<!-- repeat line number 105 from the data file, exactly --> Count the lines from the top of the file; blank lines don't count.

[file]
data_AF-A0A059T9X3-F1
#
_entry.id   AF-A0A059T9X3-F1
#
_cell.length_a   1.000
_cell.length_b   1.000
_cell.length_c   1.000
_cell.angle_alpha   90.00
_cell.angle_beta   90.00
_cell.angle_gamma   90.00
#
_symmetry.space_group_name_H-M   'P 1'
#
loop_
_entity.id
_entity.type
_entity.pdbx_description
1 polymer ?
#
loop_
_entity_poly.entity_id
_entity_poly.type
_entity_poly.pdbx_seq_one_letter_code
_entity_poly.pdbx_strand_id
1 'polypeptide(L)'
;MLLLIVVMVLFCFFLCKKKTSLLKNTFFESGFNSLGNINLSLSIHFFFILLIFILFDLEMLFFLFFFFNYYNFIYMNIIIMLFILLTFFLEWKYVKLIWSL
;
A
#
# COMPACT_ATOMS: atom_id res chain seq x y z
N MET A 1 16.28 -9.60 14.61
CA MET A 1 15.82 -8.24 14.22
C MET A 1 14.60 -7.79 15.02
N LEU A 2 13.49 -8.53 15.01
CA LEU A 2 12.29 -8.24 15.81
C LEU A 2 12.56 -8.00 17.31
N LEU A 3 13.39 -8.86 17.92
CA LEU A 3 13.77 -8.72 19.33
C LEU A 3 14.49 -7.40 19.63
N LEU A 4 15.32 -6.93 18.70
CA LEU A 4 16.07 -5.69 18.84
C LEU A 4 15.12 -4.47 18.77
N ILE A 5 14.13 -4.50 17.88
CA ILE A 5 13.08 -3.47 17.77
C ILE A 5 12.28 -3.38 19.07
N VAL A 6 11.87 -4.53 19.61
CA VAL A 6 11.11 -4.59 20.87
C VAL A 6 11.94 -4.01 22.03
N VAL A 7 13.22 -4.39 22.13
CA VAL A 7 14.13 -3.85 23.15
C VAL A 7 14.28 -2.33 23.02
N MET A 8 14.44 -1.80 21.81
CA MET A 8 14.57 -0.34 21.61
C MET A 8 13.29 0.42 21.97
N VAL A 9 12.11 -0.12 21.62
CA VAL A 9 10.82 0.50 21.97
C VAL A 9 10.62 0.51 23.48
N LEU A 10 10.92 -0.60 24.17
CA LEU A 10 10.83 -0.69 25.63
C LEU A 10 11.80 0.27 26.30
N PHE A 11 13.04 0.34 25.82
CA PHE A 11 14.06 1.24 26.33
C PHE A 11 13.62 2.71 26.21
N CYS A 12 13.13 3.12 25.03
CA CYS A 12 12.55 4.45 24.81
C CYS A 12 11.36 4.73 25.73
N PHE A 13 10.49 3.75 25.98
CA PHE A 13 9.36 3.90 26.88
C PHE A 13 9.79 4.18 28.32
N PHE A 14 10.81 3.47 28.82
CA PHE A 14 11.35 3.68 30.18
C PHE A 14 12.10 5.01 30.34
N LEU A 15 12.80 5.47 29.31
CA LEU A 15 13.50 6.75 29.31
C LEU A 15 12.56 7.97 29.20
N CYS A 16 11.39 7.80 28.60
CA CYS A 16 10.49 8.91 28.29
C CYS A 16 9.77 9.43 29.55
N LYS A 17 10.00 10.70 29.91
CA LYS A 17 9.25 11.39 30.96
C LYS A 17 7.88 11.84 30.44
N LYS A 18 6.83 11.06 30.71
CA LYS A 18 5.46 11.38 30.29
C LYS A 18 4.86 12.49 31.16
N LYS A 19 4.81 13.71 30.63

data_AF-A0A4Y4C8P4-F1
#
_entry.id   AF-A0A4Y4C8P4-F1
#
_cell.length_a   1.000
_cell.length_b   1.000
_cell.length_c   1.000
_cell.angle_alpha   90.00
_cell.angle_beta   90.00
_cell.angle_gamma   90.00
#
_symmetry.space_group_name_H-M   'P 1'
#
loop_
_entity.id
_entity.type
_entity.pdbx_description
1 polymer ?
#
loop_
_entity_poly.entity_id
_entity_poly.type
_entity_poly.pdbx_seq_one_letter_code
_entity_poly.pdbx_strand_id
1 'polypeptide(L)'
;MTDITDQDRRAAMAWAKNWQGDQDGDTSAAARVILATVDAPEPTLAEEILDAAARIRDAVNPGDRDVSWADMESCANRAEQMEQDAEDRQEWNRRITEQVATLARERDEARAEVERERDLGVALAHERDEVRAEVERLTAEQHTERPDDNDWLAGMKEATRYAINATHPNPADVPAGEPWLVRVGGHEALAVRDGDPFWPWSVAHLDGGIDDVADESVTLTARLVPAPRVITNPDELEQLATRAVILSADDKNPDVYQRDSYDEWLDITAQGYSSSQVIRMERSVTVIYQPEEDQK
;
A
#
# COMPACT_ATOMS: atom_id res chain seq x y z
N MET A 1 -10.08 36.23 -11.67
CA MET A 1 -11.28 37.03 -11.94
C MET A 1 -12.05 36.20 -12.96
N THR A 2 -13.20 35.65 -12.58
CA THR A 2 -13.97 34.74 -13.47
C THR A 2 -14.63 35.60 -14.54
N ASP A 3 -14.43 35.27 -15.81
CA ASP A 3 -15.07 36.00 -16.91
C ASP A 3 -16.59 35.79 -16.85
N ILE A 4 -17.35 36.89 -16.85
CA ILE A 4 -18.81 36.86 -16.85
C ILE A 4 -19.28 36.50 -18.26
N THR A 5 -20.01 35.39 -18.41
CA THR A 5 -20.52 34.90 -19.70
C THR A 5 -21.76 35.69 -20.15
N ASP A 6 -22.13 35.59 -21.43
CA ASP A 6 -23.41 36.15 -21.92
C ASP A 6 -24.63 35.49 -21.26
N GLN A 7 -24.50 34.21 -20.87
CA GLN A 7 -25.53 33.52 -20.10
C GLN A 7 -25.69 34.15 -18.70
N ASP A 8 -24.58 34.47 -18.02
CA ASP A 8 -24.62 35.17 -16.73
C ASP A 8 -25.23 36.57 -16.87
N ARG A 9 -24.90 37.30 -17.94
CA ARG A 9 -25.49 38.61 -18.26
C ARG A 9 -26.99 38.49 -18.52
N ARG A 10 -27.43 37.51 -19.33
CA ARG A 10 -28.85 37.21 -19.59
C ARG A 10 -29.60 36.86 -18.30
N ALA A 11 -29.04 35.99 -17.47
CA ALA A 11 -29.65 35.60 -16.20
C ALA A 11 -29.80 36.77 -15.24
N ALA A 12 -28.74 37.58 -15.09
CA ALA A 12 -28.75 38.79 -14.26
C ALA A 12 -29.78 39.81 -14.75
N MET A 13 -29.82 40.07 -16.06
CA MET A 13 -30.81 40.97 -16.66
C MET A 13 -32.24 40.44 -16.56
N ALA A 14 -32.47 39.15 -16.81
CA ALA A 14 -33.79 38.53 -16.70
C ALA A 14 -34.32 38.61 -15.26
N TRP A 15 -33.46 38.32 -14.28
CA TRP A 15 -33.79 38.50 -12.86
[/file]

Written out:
loop_